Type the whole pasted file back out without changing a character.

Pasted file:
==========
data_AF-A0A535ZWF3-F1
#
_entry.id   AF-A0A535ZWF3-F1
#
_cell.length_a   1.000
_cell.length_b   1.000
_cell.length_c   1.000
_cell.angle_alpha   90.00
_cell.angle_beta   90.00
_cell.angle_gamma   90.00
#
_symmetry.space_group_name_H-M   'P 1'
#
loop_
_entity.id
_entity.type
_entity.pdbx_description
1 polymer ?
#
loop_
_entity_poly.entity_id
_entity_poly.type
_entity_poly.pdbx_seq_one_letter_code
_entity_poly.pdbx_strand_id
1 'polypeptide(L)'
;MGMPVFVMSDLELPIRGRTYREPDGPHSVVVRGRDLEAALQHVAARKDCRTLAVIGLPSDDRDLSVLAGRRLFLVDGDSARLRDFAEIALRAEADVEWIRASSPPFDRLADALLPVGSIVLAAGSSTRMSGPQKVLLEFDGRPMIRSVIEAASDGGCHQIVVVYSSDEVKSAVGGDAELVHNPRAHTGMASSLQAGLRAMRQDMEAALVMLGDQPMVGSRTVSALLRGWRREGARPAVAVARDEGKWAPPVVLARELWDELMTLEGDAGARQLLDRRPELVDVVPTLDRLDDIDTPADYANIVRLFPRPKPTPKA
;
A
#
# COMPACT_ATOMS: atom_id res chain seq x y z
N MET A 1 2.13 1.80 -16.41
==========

data_AF-A0A535ZWF3-F1
#
_entry.id   AF-A0A535ZWF3-F1
#
_cell.length_a   1.000
_cell.length_b   1.000
_cell.length_c   1.000
_cell.angle_alpha   90.00
_cell.angle_beta   90.00
_cell.angle_gamma   90.00
#
_symmetry.space_group_name_H-M   'P 1'
#
loop_
_entity.id
_entity.type
_entity.pdbx_description
1 polymer ?
#
loop_
_entity_poly.entity_id
_entity_poly.type
_entity_poly.pdbx_seq_one_letter_code
_entity_poly.pdbx_strand_id
1 'polypeptide(L)'
;MGMPVFVMSDLELPIRGRTYREPDGPHSVVVRGRDLEAALQHVAARKDCRTLAVIGLPSDDRDLSVLAGRRLFLVDGDSARLRDFAEIALRAEADVEWIRASSPPFDRLADALLPVGSIVLAAGSSTRMSGPQKVLLEFDGRPMIRSVIEAASDGGCHQIVVVYSSDEVKSAVGGDAELVHNPRAHTGMASSLQAGLRAMRQDMEAALVMLGDQPMVGSRTVSALLRGWRREGARPAVAVARDEGKWAPPVVLARELWDELMTLEGDAGARQLLDRRPELVDVVPTLDRLDDIDTPADYANIVRLFPRPKPTPKA
;
A
#
# COMPACT_ATOMS: atom_id res chain seq x y z
N MET A 1 2.13 1.80 -16.41